By ADAM RITSCHER
Decatur, Ill., the recent scene of bitter labor struggles by striking and locked-out workers at the Staley, Caterpillar, and Bridgestone Firestone plants, last month also saw the angry raised fists of hundreds of Black and white high school students protesting the unjust expulsion of seven Black students.
The seven students, who got in a brief fist fight during a football game between Eisenhower and MacArthur high schools, have been charged with “felony mob action,” and were expelled from school for two years. They are also being threatened with possible prison terms for the felony charges.
The expulsions were handed down by an almost all-white school board and are being passed as part of a so-called “zero tolerance for violence” program. But current and former students have said that racism is the motivating factor here, and that racism on the part of white teachers and school board members has long been a serious problem.
Forty-four percent of public high school students in Decatur are Black, yet a large majority of students who suffer suspensions each year are Black, and Blacks on average receive more severe punishment for similar offenses committed by white students.
In an act of inter-racial solidarity following the expulsions, the expelled students’ classmates turned out in several protests. A demonstration of 1000 that marched through the streets of Decatur demanded the re-instatement of the seven.
The school board, prodded by Gov. George Ryan, reacted by offering a “compromise” that would reduce the expulsions to one year, and allow the seven students in the meantime to attend a school for troubled youth. The students have rejected this offer.
On the mornings of both Nov. 8 and 9, the expelled students, along with community activists and figures like Jesse Jackson, appeared at Eisenhower High School seeking readmission. The school board responded by closing Eisenhower and the other two Decatur high schools on those days, claiming that the actions constituted a threat to “public safety.”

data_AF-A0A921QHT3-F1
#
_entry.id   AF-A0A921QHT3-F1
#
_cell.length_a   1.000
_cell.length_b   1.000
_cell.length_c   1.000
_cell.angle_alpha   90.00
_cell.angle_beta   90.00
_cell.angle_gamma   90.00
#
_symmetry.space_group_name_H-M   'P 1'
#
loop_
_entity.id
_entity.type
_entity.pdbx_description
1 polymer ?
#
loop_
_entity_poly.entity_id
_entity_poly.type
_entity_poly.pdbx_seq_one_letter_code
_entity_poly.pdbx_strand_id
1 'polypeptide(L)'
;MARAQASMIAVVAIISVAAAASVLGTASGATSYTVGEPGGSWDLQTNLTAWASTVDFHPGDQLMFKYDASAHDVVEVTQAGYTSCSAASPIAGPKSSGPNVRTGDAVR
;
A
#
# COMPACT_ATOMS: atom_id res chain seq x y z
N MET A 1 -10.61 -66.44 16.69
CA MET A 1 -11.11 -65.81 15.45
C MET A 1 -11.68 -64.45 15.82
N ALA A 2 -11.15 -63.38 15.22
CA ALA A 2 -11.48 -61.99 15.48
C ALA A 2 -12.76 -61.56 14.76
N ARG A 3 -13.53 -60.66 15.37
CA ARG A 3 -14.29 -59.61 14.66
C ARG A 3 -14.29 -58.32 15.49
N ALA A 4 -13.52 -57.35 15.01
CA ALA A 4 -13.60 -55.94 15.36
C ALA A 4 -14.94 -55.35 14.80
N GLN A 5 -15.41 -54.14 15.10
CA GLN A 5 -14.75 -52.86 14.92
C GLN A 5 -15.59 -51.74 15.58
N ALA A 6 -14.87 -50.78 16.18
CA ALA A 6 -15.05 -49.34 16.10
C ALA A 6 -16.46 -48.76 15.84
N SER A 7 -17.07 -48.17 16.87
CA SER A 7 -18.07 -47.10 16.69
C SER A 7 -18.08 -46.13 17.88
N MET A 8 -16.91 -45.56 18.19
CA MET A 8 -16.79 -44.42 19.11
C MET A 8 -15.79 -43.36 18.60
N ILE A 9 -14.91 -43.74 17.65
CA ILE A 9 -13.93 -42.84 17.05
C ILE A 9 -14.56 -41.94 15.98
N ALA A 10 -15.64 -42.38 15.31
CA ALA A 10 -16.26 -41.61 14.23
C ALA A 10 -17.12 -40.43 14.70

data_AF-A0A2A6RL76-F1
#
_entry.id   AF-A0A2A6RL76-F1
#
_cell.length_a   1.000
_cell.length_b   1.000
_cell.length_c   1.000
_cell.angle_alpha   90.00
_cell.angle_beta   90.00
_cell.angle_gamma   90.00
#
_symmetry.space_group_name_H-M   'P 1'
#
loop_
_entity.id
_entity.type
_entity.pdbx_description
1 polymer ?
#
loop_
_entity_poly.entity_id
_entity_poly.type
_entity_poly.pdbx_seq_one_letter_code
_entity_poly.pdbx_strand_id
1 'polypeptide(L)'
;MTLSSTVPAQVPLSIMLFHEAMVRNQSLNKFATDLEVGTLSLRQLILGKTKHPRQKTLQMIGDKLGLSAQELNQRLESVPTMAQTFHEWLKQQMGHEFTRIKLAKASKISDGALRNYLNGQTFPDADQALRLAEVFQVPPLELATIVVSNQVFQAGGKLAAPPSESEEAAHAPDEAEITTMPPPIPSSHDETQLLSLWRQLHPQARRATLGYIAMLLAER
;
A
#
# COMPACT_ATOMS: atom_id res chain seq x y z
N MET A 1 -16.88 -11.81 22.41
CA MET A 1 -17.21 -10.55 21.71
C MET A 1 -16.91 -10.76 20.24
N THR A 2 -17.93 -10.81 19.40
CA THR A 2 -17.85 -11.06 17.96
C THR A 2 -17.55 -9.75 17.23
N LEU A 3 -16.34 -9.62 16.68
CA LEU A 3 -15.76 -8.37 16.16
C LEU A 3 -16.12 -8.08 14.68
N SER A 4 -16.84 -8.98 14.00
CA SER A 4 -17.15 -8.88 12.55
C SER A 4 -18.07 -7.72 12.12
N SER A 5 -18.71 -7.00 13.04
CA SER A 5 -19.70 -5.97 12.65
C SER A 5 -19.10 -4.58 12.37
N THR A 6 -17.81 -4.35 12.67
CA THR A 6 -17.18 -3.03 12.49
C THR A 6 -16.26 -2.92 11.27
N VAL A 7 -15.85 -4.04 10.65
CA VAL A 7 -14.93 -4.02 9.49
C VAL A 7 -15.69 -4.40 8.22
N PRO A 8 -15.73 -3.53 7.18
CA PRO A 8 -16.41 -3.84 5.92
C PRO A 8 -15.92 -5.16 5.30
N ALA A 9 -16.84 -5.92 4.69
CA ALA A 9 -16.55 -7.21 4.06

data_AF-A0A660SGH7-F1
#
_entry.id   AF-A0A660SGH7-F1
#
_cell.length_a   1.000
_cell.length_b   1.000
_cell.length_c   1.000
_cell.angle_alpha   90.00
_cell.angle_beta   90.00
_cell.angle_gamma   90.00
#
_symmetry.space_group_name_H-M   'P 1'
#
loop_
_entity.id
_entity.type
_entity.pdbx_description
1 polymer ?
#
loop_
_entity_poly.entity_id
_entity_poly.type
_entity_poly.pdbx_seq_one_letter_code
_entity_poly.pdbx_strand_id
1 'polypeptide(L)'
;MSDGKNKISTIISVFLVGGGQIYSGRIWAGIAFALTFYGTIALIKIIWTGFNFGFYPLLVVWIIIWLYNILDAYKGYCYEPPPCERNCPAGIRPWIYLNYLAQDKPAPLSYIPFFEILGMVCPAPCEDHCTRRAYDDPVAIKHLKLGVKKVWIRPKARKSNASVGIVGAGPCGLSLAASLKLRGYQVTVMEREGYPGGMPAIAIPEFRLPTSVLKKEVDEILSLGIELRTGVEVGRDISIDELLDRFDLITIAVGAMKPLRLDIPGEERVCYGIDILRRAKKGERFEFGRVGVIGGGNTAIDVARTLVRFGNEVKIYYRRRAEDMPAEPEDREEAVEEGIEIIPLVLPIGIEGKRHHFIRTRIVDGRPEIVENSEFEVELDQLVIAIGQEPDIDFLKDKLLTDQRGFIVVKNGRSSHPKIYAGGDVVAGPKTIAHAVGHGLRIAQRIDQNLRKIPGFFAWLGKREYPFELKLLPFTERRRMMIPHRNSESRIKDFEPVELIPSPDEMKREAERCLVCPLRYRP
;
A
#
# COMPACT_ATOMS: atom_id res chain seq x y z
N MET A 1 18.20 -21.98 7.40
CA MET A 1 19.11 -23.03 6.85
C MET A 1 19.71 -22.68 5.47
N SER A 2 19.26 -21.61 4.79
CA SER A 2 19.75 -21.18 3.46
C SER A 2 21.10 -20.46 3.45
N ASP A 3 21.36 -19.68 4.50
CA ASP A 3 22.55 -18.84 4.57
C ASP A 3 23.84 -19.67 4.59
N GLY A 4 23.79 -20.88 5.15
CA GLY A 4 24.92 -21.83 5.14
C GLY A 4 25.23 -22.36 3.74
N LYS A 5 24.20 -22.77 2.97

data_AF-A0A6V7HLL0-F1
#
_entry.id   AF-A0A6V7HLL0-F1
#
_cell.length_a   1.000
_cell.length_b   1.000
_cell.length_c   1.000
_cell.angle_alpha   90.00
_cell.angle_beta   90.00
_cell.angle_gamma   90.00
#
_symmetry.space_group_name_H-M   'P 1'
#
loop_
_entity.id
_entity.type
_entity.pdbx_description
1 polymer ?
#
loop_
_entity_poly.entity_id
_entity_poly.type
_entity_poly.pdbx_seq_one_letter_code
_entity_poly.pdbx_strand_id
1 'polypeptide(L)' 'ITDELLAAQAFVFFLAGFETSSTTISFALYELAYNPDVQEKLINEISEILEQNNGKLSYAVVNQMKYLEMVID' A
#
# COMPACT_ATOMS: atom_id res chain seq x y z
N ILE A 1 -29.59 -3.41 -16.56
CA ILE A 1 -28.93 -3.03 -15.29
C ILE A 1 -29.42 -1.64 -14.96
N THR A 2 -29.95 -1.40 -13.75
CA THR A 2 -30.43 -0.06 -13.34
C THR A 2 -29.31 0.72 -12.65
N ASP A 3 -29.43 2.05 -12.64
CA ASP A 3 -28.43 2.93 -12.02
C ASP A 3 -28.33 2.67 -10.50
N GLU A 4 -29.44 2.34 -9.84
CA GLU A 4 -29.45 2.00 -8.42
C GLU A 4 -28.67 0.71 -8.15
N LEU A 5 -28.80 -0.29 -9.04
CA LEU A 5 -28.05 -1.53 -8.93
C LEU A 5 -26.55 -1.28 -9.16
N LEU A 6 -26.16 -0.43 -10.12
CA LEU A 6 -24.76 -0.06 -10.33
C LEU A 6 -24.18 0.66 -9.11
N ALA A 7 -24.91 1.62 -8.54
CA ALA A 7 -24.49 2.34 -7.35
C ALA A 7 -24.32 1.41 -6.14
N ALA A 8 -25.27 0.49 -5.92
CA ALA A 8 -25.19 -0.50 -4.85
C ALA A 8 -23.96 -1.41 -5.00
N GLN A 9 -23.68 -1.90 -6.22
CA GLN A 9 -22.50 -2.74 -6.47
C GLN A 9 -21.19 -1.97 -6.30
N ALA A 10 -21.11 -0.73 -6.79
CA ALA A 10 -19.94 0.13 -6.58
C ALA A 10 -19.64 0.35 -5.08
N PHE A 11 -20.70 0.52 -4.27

We in Youth for Socialist Action salute the protesters of Eisenhower and MacArthur high schools, and stand in support of the demands to readmit the seven expelled students. Such drastic and reactionary discipline policies are becoming all too common in high schools across the country, using the excuses of drugs and violence to curtail the democratic rights of young people.
We call for a movement of mass action, that through demonstrations, such as this inspiring one in Decatur will mobilize thousands of young people and their allies to smash racism and defend the democratic rights of all youth!
Curfews Attack Our Democratic Rights
A couple of months ago, the city government in the town of St. Francis, Wis., passed a new law that will require all youth caught outside after the city’s curfew to pay a fine.
The idea, according to the city council, is to make young people have to pay, literally, for being out after 11 p.m. The fine set by the city is $50, though if a youth is found to be truant, the $50 fine will go up to $67!
Students in St. Francis were baffled by this new law, and protested that they didn’t understand how anything this absurd could be justified.
This, and similar laws being passed in hundreds of cities and towns across the country, are making youth de facto prisoners within their own communities. The lives of young people are being structured so as to resemble “work release” and “exercise hours” from 6 a.m. to 11 p.m.!
Citing fears of gangs and drug-related violence, city governments are cracking down hard on what young people can do, how they do it, and between what hours they’re allowed to do it. It’s as if we’re seen as some kind of wild animal, imported from some dark land, that has to be domesticated and put on a leash to keep us from biting law-abiding senior citizens and happy-go-lucky housewives!
Youth for Socialist Action condemns these curfews, and similar restrictions upon the rights of young people. We recognize that these attacks are meant to break us, and alienate us from the rest of society.
Taking place within the context of massive attacks by the powers-that-be upon many basic democratic rights of working people, and especially Blacks and Latinos, we call on our fellow youth to resist these measures and organize protest movements to stop them.
In several cities and towns, young people have defeated these curfews and other restrictions by answering them with mass protests and by mobilizing broad community opposition.
We pledge to help youth in any town confronted by these attacks in any way that we can. Together we can fight back and win!